|US6462956||Aug 9, 2000||Oct 8, 2002||Advanced Micro Devices, Inc.||Arrangement for reducing non-uniformity in current flow through various power pins within a printed wiring board connector for a removable module|
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|U.S. Classification||257/695, 257/698, 257/E23.049, 257/700, 257/E23.055, 257/748, 257/E23.035, 257/752|
|Cooperative Classification||H01L2924/0002, H01L2924/3011, H01L23/49527, H01L23/49572, H01L23/49558|
|European Classification||H01L23/495G6, H01L23/495J, H01L23/495C6|
|Sep 17, 1990||AS||Assignment|
Owner name: MOTOROLA, INC., ILLINOIS
Free format text: ASSIGNMENT OF ASSIGNORS INTEREST;ASSIGNOR:SMITH, BRENDA K.;REEL/FRAME:006766/0362
Effective date: 19900913
|Mar 3, 1997||FPAY||Fee payment|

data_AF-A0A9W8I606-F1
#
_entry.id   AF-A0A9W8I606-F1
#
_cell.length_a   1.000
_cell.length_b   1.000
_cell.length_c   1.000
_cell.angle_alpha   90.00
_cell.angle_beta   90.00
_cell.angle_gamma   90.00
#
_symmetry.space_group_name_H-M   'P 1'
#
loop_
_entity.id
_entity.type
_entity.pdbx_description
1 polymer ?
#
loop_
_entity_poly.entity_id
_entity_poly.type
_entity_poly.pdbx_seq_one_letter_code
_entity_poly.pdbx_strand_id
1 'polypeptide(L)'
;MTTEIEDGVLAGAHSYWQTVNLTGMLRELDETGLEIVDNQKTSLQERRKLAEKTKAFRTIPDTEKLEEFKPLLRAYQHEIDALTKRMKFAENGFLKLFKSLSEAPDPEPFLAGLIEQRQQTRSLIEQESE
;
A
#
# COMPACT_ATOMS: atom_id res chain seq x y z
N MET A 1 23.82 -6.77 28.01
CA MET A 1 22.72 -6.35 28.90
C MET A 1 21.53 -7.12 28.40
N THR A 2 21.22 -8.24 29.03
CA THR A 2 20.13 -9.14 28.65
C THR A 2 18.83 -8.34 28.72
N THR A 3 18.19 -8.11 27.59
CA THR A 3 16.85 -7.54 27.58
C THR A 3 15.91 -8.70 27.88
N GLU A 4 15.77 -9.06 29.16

Year of fee payment: 4
|Mar 29, 2001||FPAY||Fee payment|
Year of fee payment: 8
|May 7, 2004||AS||Assignment|
Owner name: FREESCALE SEMICONDUCTOR, INC.,TEXAS
Free format text: ASSIGNMENT OF ASSIGNORS INTEREST;ASSIGNOR:MOTOROLA, INC.;REEL/FRAME:015698/0657
Effective date: 20040404
|Apr 20, 2005||REMI||Maintenance fee reminder mailed|
|Oct 5, 2005||LAPS||Lapse for failure to pay maintenance fees|
|Nov 29, 2005||FP||Expired due to failure to pay maintenance fee|
Effective date: 20051005